The above-mentioned reaction on the reduction catalyst layer 55 is advantageously advanced when the temperature of the reduction catalyst layer 55 is higher than 400° C., and if the temperature is lower and in the range of from 200° to 400° C., the following reaction is promoted and NH3 is formed, and no good results can be obtained:

NOx+5H2 →2NH3 +2H2 O

At a temperature higher than 600 C., formed NH3 causes reaction again and H2 O or N2 O is formed.

Accordingly, the exhaust gas temperature is detected by the exhaust gas temperature sensor 23, and the quantity of electricity applied to the ceramic heater 38 is controlled by the control unit 16 or a heater-controlling device disposed independently according to the detected exhaust gas temperature, so that the detecting zone 50 is maintained at 400° to 600° C.

If this structure is adopted, a certain NOx-detecting function can always be exerted irrespectively of the exhaust gas temperature.

The routine of computation of the fuel injection quantity by the control unit 16 will now be described with reference to the flow chart shown in FIG. 9.

Incidentally, since the air-fuel ratio is feedback-controlled by the fuel injection quantity computed based on the detection value of the O2 sensor 30 according to this routine, this routine constitutes the feedback control means together with fuel injection valves and various sensors.

At step (S in FIG. 9) 1, the basic fuel injection quantity Tp corresponding to the flow quantity of intake air per unit rotation is computed based on the intake air flow quantity Q detected by the air flow meter 13 and the engine rotation number N calculated from signals from the crank angle sensor 21 according to the following equation:

Tp=K·Q/N

wherein K is a constant.

At step 2, various correction coefficients COEF are set based on the cooling water temperature Tw detected by the water temperature sensor 17 and other factors.

At step 3, the feedback correction coefficient LAMBDA is set in the following manner based on signals from the O2 sensor.

Namely, the output voltage Voz of the O2 sensor 30 is read and compared with the slice level voltage Vref to judge whether the air-fuel ratio is rich or lean.

In the case where the air fuel ratio is lean (rich), it is judged whether or not the air-fuel ratio is at the time of inversion (inversion diameter) of the rich (lean) air-fuel ratio to the lean (rich) air-fuel ratio, and at the time of inversion, the feedback correction coefficient LAMBDA is increased (decreased) by a predetermined proportional constant P from the preceding value. At the time other than the time of inversion, the feedback correction coefficient LAMBDA is increased (decreased) by a predetermined integrative constant I from the preceding value. Thus, the feedback correction coefficient LAMBDA is increased (decreased) at a certain gradient. Incidentally, the relation of P<<I is established.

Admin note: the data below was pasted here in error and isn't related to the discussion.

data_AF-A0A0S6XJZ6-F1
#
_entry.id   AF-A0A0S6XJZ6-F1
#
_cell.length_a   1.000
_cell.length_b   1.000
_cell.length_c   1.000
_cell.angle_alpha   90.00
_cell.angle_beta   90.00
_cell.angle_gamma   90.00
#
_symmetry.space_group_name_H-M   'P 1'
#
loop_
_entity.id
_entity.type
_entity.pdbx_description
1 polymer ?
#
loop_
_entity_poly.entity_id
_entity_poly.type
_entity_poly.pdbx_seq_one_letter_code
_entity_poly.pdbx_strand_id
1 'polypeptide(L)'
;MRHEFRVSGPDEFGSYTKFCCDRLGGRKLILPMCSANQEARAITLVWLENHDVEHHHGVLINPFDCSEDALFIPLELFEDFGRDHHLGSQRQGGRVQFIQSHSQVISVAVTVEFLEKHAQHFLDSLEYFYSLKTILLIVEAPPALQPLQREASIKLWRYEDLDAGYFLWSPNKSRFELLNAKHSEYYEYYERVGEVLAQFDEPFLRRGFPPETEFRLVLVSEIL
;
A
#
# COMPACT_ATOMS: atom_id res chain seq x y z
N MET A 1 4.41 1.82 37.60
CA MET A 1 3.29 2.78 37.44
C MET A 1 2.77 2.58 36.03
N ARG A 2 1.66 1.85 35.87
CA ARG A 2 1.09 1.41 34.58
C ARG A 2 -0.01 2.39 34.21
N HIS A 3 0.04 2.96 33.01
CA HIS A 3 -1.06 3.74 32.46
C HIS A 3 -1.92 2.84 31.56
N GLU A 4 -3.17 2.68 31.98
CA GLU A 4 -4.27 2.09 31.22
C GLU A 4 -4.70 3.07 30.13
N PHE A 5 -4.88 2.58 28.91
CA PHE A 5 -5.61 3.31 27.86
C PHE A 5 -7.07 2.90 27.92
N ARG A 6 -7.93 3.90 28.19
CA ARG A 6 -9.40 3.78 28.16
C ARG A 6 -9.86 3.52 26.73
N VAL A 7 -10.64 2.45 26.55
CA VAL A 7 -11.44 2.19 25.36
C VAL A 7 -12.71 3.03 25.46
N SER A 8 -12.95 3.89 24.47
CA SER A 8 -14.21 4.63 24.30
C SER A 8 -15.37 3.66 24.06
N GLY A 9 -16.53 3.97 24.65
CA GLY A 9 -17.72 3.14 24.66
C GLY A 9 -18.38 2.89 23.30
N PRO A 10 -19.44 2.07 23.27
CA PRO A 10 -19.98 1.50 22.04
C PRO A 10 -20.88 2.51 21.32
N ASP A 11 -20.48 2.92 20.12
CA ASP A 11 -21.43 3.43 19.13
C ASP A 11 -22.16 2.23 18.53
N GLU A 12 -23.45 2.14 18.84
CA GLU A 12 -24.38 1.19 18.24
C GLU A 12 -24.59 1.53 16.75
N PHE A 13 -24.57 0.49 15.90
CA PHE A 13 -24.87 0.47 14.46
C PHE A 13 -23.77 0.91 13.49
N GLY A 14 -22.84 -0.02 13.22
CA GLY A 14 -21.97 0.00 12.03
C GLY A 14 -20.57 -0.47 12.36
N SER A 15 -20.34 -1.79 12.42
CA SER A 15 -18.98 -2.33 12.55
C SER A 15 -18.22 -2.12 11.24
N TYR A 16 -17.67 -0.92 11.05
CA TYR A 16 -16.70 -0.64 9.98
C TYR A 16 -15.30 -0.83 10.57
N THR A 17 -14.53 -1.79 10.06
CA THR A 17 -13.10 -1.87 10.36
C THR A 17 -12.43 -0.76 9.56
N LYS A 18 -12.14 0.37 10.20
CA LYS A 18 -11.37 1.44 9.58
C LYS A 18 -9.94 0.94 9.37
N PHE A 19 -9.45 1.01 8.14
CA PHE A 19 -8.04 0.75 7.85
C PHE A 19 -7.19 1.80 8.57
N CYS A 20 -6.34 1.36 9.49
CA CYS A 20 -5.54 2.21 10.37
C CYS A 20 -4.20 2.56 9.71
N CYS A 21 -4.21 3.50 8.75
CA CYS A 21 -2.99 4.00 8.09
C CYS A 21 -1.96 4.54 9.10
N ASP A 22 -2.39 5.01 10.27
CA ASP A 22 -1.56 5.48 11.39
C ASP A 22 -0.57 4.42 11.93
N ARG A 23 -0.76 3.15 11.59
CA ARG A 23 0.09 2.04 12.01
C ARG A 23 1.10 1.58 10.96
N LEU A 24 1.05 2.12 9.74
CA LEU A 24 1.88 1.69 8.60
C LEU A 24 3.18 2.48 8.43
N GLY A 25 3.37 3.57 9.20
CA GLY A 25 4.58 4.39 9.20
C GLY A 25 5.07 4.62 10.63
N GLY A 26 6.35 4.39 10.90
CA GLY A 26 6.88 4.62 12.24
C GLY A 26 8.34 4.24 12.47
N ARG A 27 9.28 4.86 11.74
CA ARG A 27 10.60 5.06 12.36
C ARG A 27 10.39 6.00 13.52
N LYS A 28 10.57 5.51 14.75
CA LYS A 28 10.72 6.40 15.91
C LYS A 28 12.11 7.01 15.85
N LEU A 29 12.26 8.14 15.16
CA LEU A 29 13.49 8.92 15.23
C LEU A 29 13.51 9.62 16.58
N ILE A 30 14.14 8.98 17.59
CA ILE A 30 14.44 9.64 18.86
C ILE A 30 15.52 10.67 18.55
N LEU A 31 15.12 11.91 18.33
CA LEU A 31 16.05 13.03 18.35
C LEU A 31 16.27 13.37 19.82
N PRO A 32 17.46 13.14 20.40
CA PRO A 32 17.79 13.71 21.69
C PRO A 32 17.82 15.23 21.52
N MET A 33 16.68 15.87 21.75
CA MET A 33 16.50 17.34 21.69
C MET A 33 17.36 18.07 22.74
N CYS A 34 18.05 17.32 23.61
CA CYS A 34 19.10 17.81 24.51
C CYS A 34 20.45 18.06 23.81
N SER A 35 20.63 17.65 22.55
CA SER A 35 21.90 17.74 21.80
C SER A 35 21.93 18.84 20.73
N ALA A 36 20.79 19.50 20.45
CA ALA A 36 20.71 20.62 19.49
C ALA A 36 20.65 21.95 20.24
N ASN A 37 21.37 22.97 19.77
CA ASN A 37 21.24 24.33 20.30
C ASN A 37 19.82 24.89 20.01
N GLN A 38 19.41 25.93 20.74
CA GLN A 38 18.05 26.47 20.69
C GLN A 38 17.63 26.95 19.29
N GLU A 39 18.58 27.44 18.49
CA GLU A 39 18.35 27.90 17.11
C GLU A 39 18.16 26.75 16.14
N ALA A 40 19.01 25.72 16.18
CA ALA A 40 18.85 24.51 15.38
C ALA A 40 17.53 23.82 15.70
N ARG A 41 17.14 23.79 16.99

At step 4, the voltage correction value Ts is set based on the voltage value of the battery. This operation is performed to correct the change of the fuel injection quantity by the change of the battery voltage.

At step 5, the fuel injection quantity Ti is computed according to the following equation:

Ti=Tp COEF LAMBDA+Ts

At step 6, computed Ti is set in an output register.

Thus, if a fuel injection timing of a predetermined engine rotation frequency is obtained, a driving pulse signal having a pulse width of Ti is given to the fuel injection valve 5 to effect injection of the fuel.

In this air-fuel ratio feedback control, the air-fuel ratio is periodically changed according to the change of the feedback correction coefficient LAMBDA, and in this case, the control center value is the value at the time of inversion of the electromotive force of the O2 sensor.

Accordingly, if the above-mentioned air-fuel ratio feedback control is thus carried out based on the detection result of the O2 sensor, the higher is the NOx concentration, to the richer value the air-fuel ratio is controlled.